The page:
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Beat generation: genetically modified stem cells repair heart.

In experiments on guinea pigs, scientists have used genetically modified human embryonic stem cells to make a biological pacemaker. The implanted tissue has kept the guinea pig hearts beating after their natural pacemaker cells were destroyed.

The researchers, led by Ronald A. Li of Johns Hopkins University in Baltimore, began with unspecialized embryonic stem cells. The scientists genetically modified them to produce green fluorescent protein. When they separated the cells into small clusters, the cells began to differentiate. Some clusters started to beat, indicating the presence of heart-muscle cells and pacemaker cells. The researchers then extracted cells from the beating clusters.

After transferring these cells into the animals, the scientists used a freezing probe to kill the animals' own pacemaker tissue. Despite the loss of their natural pacemakers, the guinea pigs' hearts continued to beat. Close examination showed that the rhythm was originating from the areas where the human cells had been implanted. Unlike battery-powered pacemakers, says Li, stem cell-based pacemakers speed up or slow down in response to drugs that alter normal heart rate.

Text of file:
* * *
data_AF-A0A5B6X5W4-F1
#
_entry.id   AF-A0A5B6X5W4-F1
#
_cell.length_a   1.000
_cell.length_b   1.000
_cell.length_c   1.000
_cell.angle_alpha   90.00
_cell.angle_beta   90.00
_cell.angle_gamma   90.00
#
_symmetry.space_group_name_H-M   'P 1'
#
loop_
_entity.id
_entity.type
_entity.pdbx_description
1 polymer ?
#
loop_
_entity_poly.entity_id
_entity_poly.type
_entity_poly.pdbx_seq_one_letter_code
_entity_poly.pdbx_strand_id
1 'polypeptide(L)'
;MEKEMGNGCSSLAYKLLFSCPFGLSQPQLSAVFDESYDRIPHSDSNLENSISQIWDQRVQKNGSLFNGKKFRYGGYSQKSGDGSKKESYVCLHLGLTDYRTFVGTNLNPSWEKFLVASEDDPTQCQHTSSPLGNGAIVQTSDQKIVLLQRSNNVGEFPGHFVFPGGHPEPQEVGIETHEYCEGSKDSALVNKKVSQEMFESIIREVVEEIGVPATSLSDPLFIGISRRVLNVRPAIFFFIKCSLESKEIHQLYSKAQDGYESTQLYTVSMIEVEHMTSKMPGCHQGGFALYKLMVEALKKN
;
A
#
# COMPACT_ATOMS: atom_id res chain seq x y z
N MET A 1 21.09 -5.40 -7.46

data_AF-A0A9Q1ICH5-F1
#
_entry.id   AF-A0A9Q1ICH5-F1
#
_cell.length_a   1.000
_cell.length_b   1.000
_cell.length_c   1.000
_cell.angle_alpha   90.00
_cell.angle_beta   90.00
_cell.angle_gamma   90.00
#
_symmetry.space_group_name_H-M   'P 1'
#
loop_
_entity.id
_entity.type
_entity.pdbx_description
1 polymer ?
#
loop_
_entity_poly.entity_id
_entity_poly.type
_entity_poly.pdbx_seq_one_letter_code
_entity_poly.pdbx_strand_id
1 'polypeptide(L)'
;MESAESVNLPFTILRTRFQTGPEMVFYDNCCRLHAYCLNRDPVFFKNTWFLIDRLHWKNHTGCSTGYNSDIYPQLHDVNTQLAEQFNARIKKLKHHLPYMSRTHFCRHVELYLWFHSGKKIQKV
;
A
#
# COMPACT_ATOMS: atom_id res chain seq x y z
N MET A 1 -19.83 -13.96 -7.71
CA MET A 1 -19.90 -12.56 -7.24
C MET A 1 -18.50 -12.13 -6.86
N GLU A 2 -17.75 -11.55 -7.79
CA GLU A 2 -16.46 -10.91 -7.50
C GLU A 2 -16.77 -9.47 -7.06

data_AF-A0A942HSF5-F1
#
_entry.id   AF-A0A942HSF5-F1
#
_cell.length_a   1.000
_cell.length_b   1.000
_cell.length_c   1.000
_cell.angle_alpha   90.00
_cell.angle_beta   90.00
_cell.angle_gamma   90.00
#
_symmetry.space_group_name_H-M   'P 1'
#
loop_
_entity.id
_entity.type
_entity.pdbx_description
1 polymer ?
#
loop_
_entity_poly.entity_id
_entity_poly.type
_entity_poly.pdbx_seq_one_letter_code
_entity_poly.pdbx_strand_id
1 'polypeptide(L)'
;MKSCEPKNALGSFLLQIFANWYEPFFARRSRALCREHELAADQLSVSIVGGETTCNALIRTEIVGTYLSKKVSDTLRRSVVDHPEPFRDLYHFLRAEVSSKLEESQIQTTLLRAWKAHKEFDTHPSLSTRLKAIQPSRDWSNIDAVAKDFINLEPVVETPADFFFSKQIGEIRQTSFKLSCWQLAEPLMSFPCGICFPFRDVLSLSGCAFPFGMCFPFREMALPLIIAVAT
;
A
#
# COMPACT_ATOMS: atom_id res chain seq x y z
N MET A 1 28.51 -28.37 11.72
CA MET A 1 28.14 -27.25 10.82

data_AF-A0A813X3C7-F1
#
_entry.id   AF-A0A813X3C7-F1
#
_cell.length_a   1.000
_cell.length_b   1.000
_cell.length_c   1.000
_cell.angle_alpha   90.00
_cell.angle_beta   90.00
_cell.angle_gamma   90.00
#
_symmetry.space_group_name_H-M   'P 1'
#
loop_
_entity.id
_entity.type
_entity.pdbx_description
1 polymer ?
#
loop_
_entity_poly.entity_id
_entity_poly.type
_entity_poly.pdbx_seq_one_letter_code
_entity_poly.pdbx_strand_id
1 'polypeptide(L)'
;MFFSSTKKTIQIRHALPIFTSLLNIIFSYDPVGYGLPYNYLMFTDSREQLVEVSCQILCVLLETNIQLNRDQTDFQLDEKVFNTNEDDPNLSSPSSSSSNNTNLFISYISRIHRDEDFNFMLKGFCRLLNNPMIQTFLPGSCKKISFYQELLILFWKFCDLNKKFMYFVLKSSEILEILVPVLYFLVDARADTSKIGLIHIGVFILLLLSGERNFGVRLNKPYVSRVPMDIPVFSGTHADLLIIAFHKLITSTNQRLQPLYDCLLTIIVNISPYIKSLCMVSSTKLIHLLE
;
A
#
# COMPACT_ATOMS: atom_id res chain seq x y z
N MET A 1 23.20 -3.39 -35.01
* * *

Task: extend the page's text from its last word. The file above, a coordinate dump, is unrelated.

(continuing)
The researchers aren't sure why the guinea pigs' immune systems didn't destroy the intruding human cells. According to Li, the guinea pigs' circulatory systems may not have thoroughly branched into the human cells and so the animals' immune systems may not have detected them.

Li's study, to appear in an upcoming Circulation, isn't the first to use stem cells to repair broken hearts, but it's the first to do it with genetically modified cells. The resulting green glow made the human cells easy to spot in the guinea pigs, but more important, says Li, it's proof that genetic modification didn't disrupt the cells' development.

"Now, we can move on to something more ambitious," he says. His group has already learned how to genetically alter human pacemaker cells to fine-tune their firing rates, though the scientists have yet to test these modified cells in animals. Adjusting the firing rate could be important because ordinary pacemaker cells beat slowly when implanted. The heart's natural pacemaker is a complex mixture of several cell types, Li says, so it's difficult to mimic its function with any single, unmodified cell type.

Gordana Vunjak-Novakovic of the Massachusetts Institute of Technology, who investigates techniques for growing replacement heart tissue, says that although many groups are working to engineer heart tissue, Li'S study stands out because it investigates what happens after the engineered tissue is implanted. Still, she cautions that much work remains before heart-repair treatments can be developed for people. "We cannot even complete a list of hurdles at this time or predict how long it will take to resolve some of the problems we are working on;' she says.
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Title Annotation:This Week
Author:Shiga, D.
Publication:Science News
Geographic Code:1USA
Date:Jan 8, 2005
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